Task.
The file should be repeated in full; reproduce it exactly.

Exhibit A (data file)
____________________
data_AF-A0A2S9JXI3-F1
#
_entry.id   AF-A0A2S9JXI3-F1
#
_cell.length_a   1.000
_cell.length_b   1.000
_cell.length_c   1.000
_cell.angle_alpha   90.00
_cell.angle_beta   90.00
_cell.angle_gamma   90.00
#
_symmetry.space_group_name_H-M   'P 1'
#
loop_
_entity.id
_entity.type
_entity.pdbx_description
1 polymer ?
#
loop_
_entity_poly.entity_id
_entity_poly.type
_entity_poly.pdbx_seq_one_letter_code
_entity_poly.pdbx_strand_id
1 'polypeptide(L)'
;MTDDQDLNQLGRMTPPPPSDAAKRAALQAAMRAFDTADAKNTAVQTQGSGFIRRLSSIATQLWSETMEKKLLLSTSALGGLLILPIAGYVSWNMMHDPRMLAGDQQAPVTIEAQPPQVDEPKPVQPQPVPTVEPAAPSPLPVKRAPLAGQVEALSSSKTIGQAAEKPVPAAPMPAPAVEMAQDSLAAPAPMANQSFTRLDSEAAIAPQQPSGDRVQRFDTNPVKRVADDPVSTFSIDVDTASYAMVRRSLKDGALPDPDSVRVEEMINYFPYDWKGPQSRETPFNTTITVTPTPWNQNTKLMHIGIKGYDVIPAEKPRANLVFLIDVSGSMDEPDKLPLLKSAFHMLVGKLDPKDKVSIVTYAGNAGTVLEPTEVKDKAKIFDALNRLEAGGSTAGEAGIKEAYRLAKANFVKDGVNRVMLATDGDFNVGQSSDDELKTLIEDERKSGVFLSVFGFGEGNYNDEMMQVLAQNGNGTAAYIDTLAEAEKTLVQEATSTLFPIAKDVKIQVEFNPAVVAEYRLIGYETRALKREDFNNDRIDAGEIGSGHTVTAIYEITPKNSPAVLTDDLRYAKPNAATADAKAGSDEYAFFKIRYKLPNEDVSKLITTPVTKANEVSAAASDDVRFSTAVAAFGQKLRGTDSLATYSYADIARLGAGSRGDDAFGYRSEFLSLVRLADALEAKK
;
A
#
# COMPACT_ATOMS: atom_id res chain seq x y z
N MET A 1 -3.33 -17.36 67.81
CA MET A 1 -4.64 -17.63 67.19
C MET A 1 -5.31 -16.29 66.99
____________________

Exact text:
data_AF-A0A2S9JXI3-F1
#
_entry.id   AF-A0A2S9JXI3-F1
#
_cell.length_a   1.000
_cell.length_b   1.000
_cell.length_c   1.000
_cell.angle_alpha   90.00
_cell.angle_beta   90.00
_cell.angle_gamma   90.00
#
_symmetry.space_group_name_H-M   'P 1'
#
loop_
_entity.id
_entity.type
_entity.pdbx_description
1 polymer ?
#
loop_
_entity_poly.entity_id
_entity_poly.type
_entity_poly.pdbx_seq_one_letter_code
_entity_poly.pdbx_strand_id
1 'polypeptide(L)'
;MTDDQDLNQLGRMTPPPPSDAAKRAALQAAMRAFDTADAKNTAVQTQGSGFIRRLSSIATQLWSETMEKKLLLSTSALGGLLILPIAGYVSWNMMHDPRMLAGDQQAPVTIEAQPPQVDEPKPVQPQPVPTVEPAAPSPLPVKRAPLAGQVEALSSSKTIGQAAEKPVPAAPMPAPAVEMAQDSLAAPAPMANQSFTRLDSEAAIAPQQPSGDRVQRFDTNPVKRVADDPVSTFSIDVDTASYAMVRRSLKDGALPDPDSVRVEEMINYFPYDWKGPQSRETPFNTTITVTPTPWNQNTKLMHIGIKGYDVIPAEKPRANLVFLIDVSGSMDEPDKLPLLKSAFHMLVGKLDPKDKVSIVTYAGNAGTVLEPTEVKDKAKIFDALNRLEAGGSTAGEAGIKEAYRLAKANFVKDGVNRVMLATDGDFNVGQSSDDELKTLIEDERKSGVFLSVFGFGEGNYNDEMMQVLAQNGNGTAAYIDTLAEAEKTLVQEATSTLFPIAKDVKIQVEFNPAVVAEYRLIGYETRALKREDFNNDRIDAGEIGSGHTVTAIYEITPKNSPAVLTDDLRYAKPNAATADAKAGSDEYAFFKIRYKLPNEDVSKLITTPVTKANEVSAAASDDVRFSTAVAAFGQKLRGTDSLATYSYADIARLGAGSRGDDAFGYRSEFLSLVRLADALEAKK
;
A
#
# COMPACT_ATOMS: atom_id res chain seq x y z
N MET A 1 -3.33 -17.36 67.81
CA MET A 1 -4.64 -17.63 67.19
C MET A 1 -5.31 -16.29 66.99